By Susan Kim
This is a different kind of Christmas list:
• An emergency food pack in Liberia
• Preventive malaria treatments for five pregnant women
• Supplies for flood cleanup in Colorado and Indiana
At Oklahoma City University, students on their way into the cafeteria paused to read through this list at a table marked "Alternative Gift Marketplace." They were Christmas shopping — but the gifts were not the usual items one picks up at the mall.
• Cleaning supplies for community water distribution centers
• Supplies for water sustainability in Haiti
• Gardening tools to start a community garden
A shopper selected a specific cause from the list to support through a money donation, designated the gift funds in honor of friends or family, and made that donation at the Alternative Gift Marketplace. Then aid agencies including UMCOR (United Methodist Committee on Relief), through project partnerships around the world, received those funds, purchased the chosen item, and put it to use to assist people in need.
The cost for the gift-giver? Anywhere from $1 to $25.
The person whom the gift honored received a card notifying them of the donation as well as providing information about the cause it supported.
Rodney Newman, director of religious life at OCU, said, "It’s a way to spread the word about the kind of work The United Methodist Church does."
Prior to Christmas, the Alternative Gift Marketplace was administered by the Wesley Center, the United Methodist ministry on the OCU campus. Students volunteered to supervise shifts, juggling the work with their class schedules.
The center also hosts a Monday evening worship service and a weekly free meal called "Wednesday at the Wesley." Students involved with the center also do periodic mission projects, said Rev. Newman.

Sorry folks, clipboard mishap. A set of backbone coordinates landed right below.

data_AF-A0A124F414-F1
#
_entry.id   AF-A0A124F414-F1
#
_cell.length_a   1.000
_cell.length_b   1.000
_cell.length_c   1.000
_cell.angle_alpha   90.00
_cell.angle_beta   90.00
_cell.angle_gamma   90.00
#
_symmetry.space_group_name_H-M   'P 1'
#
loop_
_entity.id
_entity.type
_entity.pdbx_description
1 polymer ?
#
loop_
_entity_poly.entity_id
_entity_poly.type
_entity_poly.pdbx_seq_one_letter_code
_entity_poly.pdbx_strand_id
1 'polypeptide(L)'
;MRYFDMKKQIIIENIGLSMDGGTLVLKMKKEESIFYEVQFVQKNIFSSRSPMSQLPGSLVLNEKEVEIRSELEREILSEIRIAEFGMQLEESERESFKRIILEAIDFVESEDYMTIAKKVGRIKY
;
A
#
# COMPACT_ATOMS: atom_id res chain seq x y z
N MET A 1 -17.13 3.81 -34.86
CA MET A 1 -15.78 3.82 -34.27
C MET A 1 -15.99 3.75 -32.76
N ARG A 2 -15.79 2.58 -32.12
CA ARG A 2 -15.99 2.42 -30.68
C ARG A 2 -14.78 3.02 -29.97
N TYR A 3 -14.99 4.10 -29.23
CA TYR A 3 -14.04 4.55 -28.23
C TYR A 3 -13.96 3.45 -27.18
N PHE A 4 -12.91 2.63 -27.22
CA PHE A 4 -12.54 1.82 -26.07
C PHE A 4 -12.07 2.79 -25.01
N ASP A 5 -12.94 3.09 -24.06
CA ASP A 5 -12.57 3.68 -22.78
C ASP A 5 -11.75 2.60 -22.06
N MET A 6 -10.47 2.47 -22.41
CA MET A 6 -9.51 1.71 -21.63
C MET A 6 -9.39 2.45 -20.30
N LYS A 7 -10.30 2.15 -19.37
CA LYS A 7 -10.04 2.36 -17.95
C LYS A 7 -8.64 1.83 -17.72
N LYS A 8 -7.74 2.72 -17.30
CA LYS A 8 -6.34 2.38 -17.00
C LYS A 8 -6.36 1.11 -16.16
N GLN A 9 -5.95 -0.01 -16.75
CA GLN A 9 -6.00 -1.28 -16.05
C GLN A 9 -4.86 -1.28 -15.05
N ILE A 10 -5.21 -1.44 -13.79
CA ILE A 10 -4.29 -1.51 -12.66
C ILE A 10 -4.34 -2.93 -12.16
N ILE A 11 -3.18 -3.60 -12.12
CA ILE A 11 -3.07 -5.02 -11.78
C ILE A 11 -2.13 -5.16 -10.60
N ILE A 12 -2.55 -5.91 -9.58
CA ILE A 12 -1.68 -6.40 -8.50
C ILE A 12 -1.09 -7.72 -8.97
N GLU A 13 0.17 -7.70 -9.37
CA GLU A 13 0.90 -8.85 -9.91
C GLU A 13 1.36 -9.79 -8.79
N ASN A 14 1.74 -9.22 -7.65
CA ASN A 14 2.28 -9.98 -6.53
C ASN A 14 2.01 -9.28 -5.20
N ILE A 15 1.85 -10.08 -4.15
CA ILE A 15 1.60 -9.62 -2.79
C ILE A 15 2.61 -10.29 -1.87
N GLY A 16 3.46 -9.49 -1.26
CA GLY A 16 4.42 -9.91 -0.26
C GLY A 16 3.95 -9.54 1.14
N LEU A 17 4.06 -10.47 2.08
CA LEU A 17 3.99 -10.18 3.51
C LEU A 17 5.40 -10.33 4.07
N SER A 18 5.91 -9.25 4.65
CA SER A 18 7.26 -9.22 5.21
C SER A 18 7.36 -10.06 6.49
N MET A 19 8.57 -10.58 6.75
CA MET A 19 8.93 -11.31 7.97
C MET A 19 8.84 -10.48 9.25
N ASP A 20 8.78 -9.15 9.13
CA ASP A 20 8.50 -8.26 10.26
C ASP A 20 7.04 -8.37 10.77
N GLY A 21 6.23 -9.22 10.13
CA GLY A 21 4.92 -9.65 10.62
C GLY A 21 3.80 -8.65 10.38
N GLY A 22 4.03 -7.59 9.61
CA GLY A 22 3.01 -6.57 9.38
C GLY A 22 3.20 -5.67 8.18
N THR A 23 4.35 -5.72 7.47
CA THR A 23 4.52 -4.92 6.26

Midway through its duration, the Marketplace had raised several hundred dollars for UMCOR. As Newman and the students tracked the project’s popularity, they said they plan a similar effort next Christmas season.
They also offered tips for churches and agencies that want to set up their own Alternative Gift Marketplaces.
1. Offer a variety of price ranges. Newman worked with UMCOR to determine alternative gift items of varying amounts. "It enables people who don’t have much to give," he noted.
2. Arrange to take credit cards and checks. "We get almost no cash," said Newman. He consulted with OCU’s financial experts, who helped design a system in which shoppers could enter their own credit card information.
"It enables them to give in a secure way with a credit card. For the small service charge from the credit card company, we will make that up with designated funds we already have," explained Newman.
UMCOR’s Gifts of Hope catalog is online.
Susan Kim regularly writes for www.umcor.org.
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